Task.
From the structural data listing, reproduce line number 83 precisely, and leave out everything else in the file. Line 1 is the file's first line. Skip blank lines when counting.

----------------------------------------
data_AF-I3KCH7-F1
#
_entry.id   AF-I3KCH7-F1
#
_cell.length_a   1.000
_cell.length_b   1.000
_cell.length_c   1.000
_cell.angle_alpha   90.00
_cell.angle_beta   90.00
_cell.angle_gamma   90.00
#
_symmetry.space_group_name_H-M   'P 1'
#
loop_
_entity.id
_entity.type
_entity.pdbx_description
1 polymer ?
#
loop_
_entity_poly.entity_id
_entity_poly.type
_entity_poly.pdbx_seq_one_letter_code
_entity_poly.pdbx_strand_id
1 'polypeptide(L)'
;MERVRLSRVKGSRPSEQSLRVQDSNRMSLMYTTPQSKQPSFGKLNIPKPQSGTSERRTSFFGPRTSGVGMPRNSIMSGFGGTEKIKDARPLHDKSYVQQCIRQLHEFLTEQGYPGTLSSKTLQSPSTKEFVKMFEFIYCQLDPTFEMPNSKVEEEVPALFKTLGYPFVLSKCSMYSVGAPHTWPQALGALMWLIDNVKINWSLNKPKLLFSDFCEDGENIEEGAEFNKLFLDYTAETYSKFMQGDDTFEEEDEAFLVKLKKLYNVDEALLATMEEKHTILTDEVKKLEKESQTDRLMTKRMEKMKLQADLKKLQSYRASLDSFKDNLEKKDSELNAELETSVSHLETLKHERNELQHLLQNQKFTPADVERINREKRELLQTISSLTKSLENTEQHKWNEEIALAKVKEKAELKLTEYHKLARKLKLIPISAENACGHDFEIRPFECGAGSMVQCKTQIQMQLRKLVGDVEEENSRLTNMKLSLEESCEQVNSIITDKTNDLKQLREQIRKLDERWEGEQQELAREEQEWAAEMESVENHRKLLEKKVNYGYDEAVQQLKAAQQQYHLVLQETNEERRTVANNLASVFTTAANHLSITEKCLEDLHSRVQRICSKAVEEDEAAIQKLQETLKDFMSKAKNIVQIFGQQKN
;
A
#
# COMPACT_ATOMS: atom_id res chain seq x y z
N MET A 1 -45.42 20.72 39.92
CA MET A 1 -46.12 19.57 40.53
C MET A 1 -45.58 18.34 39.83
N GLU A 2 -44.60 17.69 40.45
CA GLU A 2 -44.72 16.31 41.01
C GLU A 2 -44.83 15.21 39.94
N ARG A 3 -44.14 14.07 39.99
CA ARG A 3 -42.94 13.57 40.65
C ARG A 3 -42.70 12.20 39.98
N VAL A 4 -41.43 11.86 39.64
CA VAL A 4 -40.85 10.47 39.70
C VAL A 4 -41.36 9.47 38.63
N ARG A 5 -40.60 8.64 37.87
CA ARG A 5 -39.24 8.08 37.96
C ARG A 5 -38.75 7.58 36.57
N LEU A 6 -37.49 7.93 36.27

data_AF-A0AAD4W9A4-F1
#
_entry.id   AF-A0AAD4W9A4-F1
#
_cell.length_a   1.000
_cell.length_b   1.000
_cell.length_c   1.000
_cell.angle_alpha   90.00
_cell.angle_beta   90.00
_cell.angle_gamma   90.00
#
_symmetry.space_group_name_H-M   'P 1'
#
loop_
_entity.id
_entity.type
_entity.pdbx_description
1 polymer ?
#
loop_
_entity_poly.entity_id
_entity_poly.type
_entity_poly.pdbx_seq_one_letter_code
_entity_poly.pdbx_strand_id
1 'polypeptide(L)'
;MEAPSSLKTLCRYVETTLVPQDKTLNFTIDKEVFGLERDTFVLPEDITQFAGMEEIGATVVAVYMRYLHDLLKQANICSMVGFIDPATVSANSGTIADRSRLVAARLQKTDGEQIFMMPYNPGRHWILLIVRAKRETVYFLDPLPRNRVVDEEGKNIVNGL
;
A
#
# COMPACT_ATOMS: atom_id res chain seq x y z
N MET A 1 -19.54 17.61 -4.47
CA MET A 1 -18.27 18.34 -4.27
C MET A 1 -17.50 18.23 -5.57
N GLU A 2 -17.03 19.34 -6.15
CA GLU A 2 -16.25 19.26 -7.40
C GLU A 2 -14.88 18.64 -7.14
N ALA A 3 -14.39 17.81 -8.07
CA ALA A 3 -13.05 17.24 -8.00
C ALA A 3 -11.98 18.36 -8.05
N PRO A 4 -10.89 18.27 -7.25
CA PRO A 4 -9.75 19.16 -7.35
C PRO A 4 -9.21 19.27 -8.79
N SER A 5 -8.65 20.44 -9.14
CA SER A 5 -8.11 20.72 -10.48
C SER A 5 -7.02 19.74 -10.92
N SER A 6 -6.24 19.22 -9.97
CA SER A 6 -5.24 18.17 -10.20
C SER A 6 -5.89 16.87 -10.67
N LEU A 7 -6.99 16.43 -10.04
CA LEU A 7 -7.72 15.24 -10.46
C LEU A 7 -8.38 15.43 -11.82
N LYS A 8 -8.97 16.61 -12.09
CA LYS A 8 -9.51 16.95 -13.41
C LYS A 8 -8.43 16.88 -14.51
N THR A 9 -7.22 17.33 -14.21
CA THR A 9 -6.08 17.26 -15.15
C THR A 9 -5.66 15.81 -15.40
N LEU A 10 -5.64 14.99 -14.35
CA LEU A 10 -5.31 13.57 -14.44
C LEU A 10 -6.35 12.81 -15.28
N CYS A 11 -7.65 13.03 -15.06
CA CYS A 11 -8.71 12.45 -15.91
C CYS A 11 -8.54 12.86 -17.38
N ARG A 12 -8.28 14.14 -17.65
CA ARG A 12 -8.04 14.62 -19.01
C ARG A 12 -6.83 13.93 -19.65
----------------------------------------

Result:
N ALA A 3 -14.39 17.81 -8.07